With the terrorist attacks of 9/11, international attention has shifted to Afghanistan. This event also marked the beginning of a fundamental transformation in the country: It was and is target of an enormous military campaign that toppled the Taliban in a "War on Terror". With the previous government deposed, a new one had to be built. Guided by a multinational coalition, the Afghan state was quickly reformed, but instabilities and conflicts have not only been inherited but also unintentionally triggered. Even after more than 15 years of international intervention, neither peace nor political stability or security seem to have taken roots in the country. The book takes a closer look at the international state-building regime and evaluates the impact and outlook of such efforts in Afghanistan. In order to facilitate the analysis, the study concentrates on Security Sector Reform (SSR) with special emphasis on the reconstruction of the Afghan military and police. With this, the author presents critical insights into state-building prospects in Afghanistan and introduces an analytical approach that may also be transferred to other cases of state reconstruction. Auch 15 Jahre nach der internationalen Intervention ist Afghanistan weit davon entfernt, ein stabiler Staat zu sein. Mit besonderem Fokus auf den Sicherheitssektor analysiert Suchanek die bisherigen Maßnahmen und entwickelt zugleich eine allgemein anwendbare Analysemethode für staatlichen Wiederaufbau.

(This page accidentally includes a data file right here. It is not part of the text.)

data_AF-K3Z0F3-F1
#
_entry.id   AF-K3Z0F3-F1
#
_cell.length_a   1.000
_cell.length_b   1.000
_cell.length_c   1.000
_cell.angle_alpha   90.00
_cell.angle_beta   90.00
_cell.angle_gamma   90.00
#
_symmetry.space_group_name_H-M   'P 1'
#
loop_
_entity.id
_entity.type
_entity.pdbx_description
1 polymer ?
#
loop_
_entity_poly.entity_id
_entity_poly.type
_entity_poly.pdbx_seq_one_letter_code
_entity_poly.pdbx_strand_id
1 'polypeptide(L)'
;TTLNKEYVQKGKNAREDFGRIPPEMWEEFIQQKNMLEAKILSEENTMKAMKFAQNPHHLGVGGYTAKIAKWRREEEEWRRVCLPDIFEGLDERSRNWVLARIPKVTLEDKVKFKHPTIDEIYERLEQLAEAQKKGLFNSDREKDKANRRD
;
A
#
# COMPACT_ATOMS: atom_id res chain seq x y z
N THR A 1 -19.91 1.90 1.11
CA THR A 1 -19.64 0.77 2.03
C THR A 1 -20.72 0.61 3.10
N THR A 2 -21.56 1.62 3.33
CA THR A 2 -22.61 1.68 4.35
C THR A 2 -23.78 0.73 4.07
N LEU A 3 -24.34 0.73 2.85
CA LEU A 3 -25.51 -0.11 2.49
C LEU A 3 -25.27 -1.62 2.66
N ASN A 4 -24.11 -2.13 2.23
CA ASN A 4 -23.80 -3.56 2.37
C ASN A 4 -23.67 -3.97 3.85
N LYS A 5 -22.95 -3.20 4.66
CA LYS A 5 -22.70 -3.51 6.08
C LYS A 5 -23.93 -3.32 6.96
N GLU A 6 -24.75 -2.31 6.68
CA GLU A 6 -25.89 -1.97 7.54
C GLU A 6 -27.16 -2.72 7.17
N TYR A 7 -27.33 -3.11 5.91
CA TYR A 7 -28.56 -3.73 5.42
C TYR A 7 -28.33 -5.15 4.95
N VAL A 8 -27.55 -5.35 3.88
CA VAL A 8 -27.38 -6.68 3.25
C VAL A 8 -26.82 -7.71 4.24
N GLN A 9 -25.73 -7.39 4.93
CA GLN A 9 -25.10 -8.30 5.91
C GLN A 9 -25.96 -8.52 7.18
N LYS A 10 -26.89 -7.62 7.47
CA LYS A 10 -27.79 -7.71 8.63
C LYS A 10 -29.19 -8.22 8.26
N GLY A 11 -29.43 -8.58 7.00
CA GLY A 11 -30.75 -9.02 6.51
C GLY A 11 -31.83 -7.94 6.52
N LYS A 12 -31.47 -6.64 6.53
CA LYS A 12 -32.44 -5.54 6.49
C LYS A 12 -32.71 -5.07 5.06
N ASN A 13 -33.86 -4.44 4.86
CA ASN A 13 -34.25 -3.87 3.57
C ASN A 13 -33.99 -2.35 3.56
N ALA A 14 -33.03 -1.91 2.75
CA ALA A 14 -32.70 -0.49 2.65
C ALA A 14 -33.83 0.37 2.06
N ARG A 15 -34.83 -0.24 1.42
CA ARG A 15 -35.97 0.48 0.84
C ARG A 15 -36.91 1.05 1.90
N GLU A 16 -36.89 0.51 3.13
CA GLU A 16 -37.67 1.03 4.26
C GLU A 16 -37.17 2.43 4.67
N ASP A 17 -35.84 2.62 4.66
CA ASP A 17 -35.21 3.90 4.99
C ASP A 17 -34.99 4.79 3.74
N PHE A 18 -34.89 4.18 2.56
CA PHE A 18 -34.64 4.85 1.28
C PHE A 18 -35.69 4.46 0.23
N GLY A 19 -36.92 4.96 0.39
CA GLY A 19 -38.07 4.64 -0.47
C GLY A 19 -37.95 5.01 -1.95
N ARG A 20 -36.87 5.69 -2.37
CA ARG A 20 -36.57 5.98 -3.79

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About the Author
Christiane Suchanek, M.A., Research Fellow, Lecturer and doctoral student at the Center for Global Studies (CGS), University of Bonn, Germany.